6 Things to Know about Habakkuk in the Bible
- Jessica Udall Contributing Writer
- 2021 30 Apr
Where is God when life doesn’t make sense? When it seems like the wicked are prospering? When circumstances are as chaotic as they are confusing? These were the questions swirling in the mind of the prophet Habakkuk, and the record of his prayer life as he wrestled through these questions provides a bracing and encouraging example of how to trust God in the midst of hard times that we don’t fully understand.
Who is Habakkuk in the Bible?
Habakkuk was a prophet who likely lived at the same time as Zephaniah and Jeremiah. Historians estimate he likely “prophesied a short time before the Babylonian invasions of Judah, which began in 605 B.C. Habakkuk watched with horror as the people of Judah became more and more unrighteous, but he was even more horrified when God used an even more unrighteous nation (Babylon) to judge them through the exile. God’s answers to Habakkuk’s questions provided insight and encouragement for Habakkuk and the righteous remnant in Judah, and those words preserved in the book of Habbakuk continue to do the same for believers today.
Here Are 6 Things to Know about Habakkuk and His Book:
1. Habakkuk models honest, righteous prayer that asks the hard questions.
In a departure from most prophetic literature in the Bible, the book of Habbakuk is not directly addressed to God’s people; “rather, it is a dialogue, between the prophet and God” (ESV.org). The book is almost entirely a back-and-forth conversation in which Habakkuk is deeply honest with God. He asks difficult questions and struggles with reconciling what he knows about God’s characters with what God’s current actions are. He wonders why a more wicked nation (Babylon) will be able to win a victory over a less wicked nation (Judah). He cannot deduce how that is just or how that will communicate God’s character to a watching world.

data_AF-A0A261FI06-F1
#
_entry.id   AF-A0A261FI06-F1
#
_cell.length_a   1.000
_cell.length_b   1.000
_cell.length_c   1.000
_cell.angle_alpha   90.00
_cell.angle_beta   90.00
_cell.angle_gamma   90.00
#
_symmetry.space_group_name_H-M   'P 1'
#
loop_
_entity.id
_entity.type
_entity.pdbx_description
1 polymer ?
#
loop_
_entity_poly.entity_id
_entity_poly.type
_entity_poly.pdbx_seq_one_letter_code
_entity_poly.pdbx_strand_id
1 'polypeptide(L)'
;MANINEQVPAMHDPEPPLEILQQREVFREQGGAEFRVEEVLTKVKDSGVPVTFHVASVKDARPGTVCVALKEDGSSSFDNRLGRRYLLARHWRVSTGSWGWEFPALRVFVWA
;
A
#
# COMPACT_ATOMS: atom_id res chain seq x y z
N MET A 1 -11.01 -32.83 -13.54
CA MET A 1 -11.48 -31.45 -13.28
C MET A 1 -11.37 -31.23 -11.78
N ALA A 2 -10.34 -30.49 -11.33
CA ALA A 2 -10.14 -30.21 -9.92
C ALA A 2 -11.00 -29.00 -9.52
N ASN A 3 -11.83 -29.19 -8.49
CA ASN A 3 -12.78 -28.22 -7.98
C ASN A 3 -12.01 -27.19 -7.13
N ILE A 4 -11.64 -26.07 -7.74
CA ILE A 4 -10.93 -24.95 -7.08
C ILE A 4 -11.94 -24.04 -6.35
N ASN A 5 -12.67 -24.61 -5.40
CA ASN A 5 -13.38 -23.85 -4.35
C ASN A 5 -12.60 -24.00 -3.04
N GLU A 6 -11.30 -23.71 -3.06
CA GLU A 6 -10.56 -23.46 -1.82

You who are of purer eyes than to see evil
and cannot look at wrong,
why do you idly look at traitors
and remain silent when the wicked swallows up
the man more righteous than he? (Habakkuk 1:13)
After sharing all that is on his heart, Habakkuk says:
I will take my stand at my watchpost
and station myself on the tower,
and look out to see what he will say to me,
and what I will answer concerning my complaint. (Habakkuk 2:1)
2. God’s wisdom and justice are sure but go beyond human understanding.
God responds to Habakkuk without anger toward him. In fact, he affirms his eager desire to wait upon God, a stance that shows his faith. God says: “The righteous will live by faith” (Habakkuk 2:4). God answers Habakkuk’s questions by assuring him that the Babylonians will eventually experience his judgment as well, in his perfect timing, saying:
The cup in the Lord's right hand
will come around to you [Babylon],
and utter shame will come upon your glory! (Habakkuk 2:16)
This is reassuring in a sense but doesn’t fully answer the question of why things were going to happen in exactly this way: the Babylonians being used to judge the Israelites’ wickedness before experiencing judgment themselves for their own wickedness. This is what happens elsewhere, too, when God is answering people’s “why” questions. Job, who was a bit more aggressively accusatory than Habakkuk in his stance toward God, is asked: “‘Will the one who contends with the Almighty correct him? Let him who accuses God answer him!” (Job 40:2). Likewise, Isaiah is told:
“'For my thoughts are not your thoughts,
neither are your ways my ways,' declares the Lord.
'As the heavens are higher than the earth,
so are my ways higher than your ways
and my thoughts than your thoughts.'” (Isaiah 55:8-9)
In all these conversations, God is willing to interact with those who are asking him questions, but he will not fully explain every detail of his plans to them. The fact remains: he is God and they are not. His plans and purposes will come to pass, and, mercifully, they will be for the good of those who love Him (Romans 8:28). But those plans do not need to be pre-approved by those who love Him, because there is only One who is all-powerful and able to “know the end from the beginning” (Isaiah 46:10).
3. God’s victory over evil is sure.
In the midst of God’s answer which reiterates the fact that the Babylonians will conquer Judah, God includes a stunningly beautiful reminder:
"For the earth will be filled
with the knowledge of the glory of the Lord
as the waters cover the sea." (Habakkuk 2:14)